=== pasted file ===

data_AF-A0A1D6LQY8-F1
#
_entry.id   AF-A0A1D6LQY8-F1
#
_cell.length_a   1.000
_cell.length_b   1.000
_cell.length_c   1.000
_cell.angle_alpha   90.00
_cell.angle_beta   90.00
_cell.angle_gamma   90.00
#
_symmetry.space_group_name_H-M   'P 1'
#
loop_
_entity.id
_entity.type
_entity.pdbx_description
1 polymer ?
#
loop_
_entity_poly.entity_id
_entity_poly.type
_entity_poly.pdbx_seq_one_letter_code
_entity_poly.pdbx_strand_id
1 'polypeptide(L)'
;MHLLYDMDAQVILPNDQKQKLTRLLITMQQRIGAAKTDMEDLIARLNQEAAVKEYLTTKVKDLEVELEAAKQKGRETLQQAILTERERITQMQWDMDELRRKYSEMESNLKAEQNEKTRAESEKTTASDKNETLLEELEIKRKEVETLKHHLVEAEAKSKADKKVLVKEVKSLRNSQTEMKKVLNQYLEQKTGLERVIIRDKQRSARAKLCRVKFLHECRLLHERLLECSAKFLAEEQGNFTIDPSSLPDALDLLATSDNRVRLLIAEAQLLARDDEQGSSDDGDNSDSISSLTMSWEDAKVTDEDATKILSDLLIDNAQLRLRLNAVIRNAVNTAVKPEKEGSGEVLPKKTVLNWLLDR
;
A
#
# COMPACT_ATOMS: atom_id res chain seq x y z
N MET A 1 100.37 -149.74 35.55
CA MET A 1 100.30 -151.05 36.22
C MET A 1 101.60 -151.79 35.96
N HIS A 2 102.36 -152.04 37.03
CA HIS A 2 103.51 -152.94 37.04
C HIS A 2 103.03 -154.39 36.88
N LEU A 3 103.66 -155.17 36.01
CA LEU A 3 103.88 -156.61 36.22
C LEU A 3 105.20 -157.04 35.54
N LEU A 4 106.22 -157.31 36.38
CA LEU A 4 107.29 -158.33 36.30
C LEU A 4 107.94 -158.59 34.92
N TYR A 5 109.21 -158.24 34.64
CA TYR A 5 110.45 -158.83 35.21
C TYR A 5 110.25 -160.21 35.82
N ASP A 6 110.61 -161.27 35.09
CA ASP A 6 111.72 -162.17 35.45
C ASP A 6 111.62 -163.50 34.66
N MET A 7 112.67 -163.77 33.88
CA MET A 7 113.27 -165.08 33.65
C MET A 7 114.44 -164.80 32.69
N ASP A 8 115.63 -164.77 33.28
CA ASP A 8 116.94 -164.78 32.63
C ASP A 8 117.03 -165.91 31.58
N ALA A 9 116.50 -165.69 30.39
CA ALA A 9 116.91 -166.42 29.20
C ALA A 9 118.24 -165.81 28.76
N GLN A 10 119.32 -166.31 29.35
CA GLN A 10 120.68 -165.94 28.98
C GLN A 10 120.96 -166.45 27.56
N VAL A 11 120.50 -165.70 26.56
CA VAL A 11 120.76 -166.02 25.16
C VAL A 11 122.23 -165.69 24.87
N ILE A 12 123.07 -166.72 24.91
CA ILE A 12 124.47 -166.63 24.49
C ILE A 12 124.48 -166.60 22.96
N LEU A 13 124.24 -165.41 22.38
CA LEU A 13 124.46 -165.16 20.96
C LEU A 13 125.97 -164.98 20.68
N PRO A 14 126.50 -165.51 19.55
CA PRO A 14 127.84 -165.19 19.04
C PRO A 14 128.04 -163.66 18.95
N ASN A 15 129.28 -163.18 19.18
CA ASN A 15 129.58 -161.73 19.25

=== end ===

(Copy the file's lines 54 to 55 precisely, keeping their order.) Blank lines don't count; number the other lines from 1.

C ASP A 8 117.03 -165.91 31.58
N ALA A 9 116.50 -165.69 30.39